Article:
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Do Joyner Lucas and Chris Brown Have Plans?

What I DON'T need is a pointless collab.

By Azaria BrownPublished 5 years ago 3 min read

When I saw that Joyner Lucas and Chris Brown put out a song called "Stranger Things" together, I began playing the video and sending the link to my friend simultaneously.

Though I have not watched Stranger Things and honestly, have no desire to, I knew that I would love the song. Given, I was a bit late to the Joyner Lucas party as I only found out about him after watching a review of his song "I'm Not Racist." However, after listening to that song, his mixtape 508-507-2209 (2017)easily became one of my favorites. Like most people my age, I have been a fan of Chris Brown since 2005 and his first rap mixtape, Boy in Detention (2011), easily won my support, though that was mostly because it was released on my birthday.

As expected, the song and video did not disappoint. First, the concept for the video is interesting and definitely denotes something "strange." Lucas and Brown are having a party in the back of a truck labelled Joyner & Chris's Pest Control. Of course, this kind of gathering isn't necessarily normal. But the strangeness lies in the fact that pest control seems to refer to the people that Joyner and Chris gather into the back of the truck as the drive around town. Additionally, a disgruntled neighbor is slapped in the forehead by a police officer and later, Joyner Lucas himself. Similarly, Lucas and Brown later stand in a blue room, each with their own spotlight. As they stand still, their shadows are cast on the wall and move. This, in particular seems to be a nod to the Stranger Things television show, with their shadows being in the upside down. They continue to party, eventually winning over the police officers and their neighbor.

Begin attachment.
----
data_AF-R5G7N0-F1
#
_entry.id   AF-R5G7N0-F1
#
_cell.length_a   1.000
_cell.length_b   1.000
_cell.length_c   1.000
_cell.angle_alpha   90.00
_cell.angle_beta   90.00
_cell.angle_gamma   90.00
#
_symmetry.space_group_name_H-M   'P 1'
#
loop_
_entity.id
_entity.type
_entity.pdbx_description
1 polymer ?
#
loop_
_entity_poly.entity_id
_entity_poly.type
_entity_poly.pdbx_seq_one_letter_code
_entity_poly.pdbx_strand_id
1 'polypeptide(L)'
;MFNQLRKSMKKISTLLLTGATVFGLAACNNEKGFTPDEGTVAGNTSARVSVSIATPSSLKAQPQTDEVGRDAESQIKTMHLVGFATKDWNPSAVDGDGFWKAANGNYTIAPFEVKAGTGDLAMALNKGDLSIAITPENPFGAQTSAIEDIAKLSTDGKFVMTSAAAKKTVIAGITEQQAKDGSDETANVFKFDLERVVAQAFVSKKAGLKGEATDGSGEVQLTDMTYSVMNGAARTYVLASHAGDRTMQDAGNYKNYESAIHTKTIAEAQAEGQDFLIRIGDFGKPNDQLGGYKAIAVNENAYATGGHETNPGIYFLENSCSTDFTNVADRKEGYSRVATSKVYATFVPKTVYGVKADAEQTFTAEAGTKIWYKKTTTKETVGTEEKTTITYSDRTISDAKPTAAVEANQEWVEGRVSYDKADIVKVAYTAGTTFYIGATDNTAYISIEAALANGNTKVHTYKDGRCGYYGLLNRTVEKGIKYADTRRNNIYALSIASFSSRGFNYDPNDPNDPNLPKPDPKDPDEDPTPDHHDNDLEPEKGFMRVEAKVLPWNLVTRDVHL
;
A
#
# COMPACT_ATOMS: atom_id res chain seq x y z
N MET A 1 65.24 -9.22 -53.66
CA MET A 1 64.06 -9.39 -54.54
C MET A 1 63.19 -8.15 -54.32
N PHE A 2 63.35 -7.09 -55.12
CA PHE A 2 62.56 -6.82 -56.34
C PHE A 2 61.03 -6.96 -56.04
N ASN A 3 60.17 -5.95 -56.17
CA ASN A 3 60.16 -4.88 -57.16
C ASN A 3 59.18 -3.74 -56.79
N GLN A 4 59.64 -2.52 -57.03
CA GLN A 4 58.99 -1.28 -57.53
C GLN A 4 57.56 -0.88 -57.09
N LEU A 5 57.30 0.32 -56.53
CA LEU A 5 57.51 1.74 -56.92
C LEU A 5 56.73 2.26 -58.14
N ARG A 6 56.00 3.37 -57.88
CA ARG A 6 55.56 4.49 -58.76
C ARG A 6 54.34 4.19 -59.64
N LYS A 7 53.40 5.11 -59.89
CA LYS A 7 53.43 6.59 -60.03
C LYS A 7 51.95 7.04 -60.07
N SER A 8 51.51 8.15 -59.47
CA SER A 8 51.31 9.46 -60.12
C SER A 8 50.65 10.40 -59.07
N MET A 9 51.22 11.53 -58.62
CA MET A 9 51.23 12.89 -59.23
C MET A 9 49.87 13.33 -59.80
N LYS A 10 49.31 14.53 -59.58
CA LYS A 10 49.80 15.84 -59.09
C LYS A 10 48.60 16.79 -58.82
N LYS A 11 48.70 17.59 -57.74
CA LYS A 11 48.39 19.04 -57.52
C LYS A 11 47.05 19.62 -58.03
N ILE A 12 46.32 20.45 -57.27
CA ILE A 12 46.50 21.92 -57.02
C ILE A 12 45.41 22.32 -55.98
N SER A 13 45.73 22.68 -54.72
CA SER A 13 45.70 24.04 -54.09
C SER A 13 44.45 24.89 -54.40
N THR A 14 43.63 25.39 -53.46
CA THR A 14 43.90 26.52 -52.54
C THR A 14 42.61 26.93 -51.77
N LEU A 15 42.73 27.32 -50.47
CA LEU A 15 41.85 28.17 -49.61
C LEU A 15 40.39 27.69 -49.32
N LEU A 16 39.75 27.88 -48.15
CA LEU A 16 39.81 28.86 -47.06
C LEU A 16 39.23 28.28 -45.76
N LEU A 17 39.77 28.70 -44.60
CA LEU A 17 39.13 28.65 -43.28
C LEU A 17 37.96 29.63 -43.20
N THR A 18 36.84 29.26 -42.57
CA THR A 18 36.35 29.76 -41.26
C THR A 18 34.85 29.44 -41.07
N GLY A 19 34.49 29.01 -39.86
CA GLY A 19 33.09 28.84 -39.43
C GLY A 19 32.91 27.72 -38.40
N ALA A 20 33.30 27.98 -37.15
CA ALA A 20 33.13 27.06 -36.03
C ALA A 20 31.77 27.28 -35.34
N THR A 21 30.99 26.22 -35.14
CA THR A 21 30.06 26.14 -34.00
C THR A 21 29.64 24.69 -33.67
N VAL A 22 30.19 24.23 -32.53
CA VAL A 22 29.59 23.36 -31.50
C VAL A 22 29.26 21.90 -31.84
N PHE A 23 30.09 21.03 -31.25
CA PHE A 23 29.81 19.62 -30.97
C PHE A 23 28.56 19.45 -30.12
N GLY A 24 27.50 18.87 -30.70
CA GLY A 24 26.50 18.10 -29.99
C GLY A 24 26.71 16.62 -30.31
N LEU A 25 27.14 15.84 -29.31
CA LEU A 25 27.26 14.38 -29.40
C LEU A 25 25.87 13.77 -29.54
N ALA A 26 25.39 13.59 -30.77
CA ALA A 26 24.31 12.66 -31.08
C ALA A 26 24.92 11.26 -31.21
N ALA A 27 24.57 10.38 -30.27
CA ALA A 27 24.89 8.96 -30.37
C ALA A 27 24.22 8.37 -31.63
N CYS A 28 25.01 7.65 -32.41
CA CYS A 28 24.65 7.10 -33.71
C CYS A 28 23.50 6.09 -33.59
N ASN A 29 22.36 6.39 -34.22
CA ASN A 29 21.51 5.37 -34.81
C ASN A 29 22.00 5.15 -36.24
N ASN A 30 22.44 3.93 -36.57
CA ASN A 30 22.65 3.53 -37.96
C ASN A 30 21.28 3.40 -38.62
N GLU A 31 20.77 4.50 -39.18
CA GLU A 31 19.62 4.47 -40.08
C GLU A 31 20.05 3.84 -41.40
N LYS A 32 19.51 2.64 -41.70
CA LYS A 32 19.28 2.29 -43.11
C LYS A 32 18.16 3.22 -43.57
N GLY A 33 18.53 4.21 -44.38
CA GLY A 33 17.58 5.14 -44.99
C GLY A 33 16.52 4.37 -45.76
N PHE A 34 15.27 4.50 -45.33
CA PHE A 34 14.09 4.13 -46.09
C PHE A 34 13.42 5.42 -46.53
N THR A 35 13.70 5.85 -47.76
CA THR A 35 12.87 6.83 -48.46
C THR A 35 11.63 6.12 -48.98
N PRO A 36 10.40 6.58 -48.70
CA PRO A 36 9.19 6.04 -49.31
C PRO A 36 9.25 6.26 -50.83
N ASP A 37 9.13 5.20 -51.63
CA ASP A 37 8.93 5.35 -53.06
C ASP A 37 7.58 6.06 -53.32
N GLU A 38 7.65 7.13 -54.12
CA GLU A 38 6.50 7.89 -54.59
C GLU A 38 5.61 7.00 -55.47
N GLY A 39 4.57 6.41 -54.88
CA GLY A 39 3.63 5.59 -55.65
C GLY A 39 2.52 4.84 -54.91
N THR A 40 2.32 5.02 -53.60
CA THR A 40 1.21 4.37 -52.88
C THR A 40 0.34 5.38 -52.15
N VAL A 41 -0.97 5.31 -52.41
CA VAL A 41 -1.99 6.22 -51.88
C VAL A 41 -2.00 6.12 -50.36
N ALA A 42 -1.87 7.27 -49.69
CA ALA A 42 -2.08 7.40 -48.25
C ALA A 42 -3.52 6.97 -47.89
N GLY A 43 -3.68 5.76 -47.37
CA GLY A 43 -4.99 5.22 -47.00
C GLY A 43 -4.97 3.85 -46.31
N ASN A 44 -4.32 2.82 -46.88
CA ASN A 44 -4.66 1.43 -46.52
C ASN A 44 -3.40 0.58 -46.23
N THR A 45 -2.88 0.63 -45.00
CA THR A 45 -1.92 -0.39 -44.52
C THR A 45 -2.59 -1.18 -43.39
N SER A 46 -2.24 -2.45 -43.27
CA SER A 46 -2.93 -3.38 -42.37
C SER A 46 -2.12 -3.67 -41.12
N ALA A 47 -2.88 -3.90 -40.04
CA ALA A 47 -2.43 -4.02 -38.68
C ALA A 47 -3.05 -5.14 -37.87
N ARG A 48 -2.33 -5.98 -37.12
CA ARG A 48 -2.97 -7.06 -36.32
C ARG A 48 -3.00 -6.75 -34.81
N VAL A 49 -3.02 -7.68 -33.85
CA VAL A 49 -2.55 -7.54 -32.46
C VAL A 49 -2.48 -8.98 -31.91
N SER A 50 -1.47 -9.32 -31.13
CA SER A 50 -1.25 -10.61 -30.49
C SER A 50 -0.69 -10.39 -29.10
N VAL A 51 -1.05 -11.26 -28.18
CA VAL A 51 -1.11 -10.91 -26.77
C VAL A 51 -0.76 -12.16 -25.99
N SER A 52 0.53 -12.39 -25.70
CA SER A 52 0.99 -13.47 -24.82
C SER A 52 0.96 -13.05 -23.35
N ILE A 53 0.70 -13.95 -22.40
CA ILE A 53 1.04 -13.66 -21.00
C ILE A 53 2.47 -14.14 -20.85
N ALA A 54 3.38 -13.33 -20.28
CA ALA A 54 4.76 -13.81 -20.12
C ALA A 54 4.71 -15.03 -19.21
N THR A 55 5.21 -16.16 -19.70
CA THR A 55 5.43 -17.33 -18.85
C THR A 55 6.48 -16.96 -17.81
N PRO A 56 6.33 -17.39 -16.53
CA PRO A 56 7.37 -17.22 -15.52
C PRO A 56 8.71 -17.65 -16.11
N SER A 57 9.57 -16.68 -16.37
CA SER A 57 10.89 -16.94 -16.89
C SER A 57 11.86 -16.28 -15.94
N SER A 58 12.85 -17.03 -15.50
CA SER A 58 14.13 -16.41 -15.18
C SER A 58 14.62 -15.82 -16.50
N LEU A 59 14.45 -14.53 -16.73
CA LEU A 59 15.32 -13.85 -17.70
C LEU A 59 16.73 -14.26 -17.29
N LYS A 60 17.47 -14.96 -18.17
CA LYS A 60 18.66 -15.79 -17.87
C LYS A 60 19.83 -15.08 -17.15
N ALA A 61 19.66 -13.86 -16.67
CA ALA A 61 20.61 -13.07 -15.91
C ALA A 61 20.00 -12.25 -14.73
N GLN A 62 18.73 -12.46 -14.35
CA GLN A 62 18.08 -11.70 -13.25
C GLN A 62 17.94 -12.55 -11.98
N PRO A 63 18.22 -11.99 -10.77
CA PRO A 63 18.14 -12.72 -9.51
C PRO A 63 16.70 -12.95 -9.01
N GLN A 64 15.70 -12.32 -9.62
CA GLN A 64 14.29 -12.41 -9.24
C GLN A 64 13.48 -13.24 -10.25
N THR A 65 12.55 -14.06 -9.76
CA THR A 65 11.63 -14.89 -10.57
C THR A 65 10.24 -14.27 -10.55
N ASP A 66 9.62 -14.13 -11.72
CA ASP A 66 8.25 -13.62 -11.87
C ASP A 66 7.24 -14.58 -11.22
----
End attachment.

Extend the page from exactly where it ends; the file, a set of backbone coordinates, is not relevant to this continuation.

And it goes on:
The song itself samples the Stranger Things theme song, makes a few jabs at other artists, and sends a few customary middle fingers to the opposition. Aside from the wittiness of the lyrics, there is nothing extremely special about the song itself. The song is not conceptually doing anything revolutionary, nor is it trying to. The song is dope, but average, which is not a bad thing at all. Personally, I feel as if many modern songs fall below the bar or try to soar above it. It's nice to have a song that is extremely appealing to listen to, but is also littered with wordplay and allusions.


I hope that the entire Angels & Demons project comes with something more conceptually interesting than this. When looking at the title of the project and the "Stranger Things" track alone, I would infer that we can expect for Lucas and Brown to speak from the perspectives of both angels and demons on separate tracks. I would assume that "Stranger Things" comes from the demon perspective as they talk about violence, cars and lots of other materialistic concerns.

I may be taking the name of the project too literally, but that seems like what would come out of this kind of collaboration. If they do go down this path, I hope that Lucas and Brown use the collaboration as an opportunity to examine and challenge what society considers to be inherently good and bad or angelic and demonic. They have the capacity to do so, I just hope that they actually do it.

More escapist tracks like "Stranger Things" are definitely welcome since we are all constantly thinking of tragedy and fearing the consequences of the next political decision. However, on one cohesive project, songs that allow the listener to shut their brain off can be appreciated much better if the project truly makes the listener turn their brain on in the first place. The existence of this binary is what makes a project like this truly valuable, in my eyes.

Clearly, both Lucas and Brown are talented. But putting their talent together on a project that acts as a catalyst for something larger, is something else.

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About the Creator

Azaria Brown

25. I'm a writer and illustrator. I like films, television, books, music, politics and being black.

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